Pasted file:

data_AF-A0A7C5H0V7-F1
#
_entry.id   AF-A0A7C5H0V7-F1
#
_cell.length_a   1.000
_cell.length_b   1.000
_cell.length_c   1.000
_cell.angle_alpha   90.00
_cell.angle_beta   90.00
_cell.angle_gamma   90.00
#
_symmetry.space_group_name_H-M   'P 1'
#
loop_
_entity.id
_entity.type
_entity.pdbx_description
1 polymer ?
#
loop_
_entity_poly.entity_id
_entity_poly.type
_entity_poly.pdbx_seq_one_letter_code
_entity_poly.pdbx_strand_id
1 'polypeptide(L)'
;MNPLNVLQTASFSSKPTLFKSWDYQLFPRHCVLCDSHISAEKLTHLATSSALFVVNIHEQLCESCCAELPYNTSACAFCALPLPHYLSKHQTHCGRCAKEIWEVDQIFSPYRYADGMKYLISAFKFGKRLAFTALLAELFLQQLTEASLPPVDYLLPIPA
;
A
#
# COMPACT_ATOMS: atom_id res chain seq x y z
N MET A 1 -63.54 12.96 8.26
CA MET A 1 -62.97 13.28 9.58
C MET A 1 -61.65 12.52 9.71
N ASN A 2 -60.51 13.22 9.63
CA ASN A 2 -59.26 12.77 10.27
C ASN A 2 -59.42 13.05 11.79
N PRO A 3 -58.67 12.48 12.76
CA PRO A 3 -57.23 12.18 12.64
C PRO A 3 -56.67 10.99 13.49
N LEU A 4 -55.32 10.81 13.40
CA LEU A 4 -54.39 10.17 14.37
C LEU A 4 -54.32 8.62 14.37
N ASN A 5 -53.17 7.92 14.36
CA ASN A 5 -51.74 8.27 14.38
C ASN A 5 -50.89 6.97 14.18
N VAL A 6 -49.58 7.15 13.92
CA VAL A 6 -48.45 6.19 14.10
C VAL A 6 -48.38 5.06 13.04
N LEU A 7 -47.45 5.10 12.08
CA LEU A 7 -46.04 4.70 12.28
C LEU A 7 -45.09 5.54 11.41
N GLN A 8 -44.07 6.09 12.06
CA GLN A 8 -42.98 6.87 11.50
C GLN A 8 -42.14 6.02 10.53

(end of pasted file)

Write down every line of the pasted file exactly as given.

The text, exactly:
data_AF-A0A7C5H0V7-F1
#
_entry.id   AF-A0A7C5H0V7-F1
#
_cell.length_a   1.000
_cell.length_b   1.000
_cell.length_c   1.000
_cell.angle_alpha   90.00
_cell.angle_beta   90.00
_cell.angle_gamma   90.00
#
_symmetry.space_group_name_H-M   'P 1'
#
loop_
_entity.id
_entity.type
_entity.pdbx_description
1 polymer ?
#
loop_
_entity_poly.entity_id
_entity_poly.type
_entity_poly.pdbx_seq_one_letter_code
_entity_poly.pdbx_strand_id
1 'polypeptide(L)'
;MNPLNVLQTASFSSKPTLFKSWDYQLFPRHCVLCDSHISAEKLTHLATSSALFVVNIHEQLCESCCAELPYNTSACAFCALPLPHYLSKHQTHCGRCAKEIWEVDQIFSPYRYADGMKYLISAFKFGKRLAFTALLAELFLQQLTEASLPPVDYLLPIPA
;
A
#
# COMPACT_ATOMS: atom_id res chain seq x y z
N MET A 1 -63.54 12.96 8.26
CA MET A 1 -62.97 13.28 9.58
C MET A 1 -61.65 12.52 9.71
N ASN A 2 -60.51 13.22 9.63
CA ASN A 2 -59.26 12.77 10.27
C ASN A 2 -59.42 13.05 11.79
N PRO A 3 -58.67 12.48 12.76
CA PRO A 3 -57.23 12.18 12.64
C PRO A 3 -56.67 10.99 13.49
N LEU A 4 -55.32 10.81 13.40
CA LEU A 4 -54.39 10.17 14.37
C LEU A 4 -54.32 8.62 14.37
N ASN A 5 -53.17 7.92 14.36
CA ASN A 5 -51.74 8.27 14.38
C ASN A 5 -50.89 6.97 14.18
N VAL A 6 -49.58 7.15 13.92
CA VAL A 6 -48.45 6.19 14.10
C VAL A 6 -48.38 5.06 13.04
N LEU A 7 -47.45 5.10 12.08
CA LEU A 7 -46.04 4.70 12.28
C LEU A 7 -45.09 5.54 11.41
N GLN A 8 -44.07 6.09 12.06
CA GLN A 8 -42.98 6.87 11.50
C GLN A 8 -42.14 6.02 10.53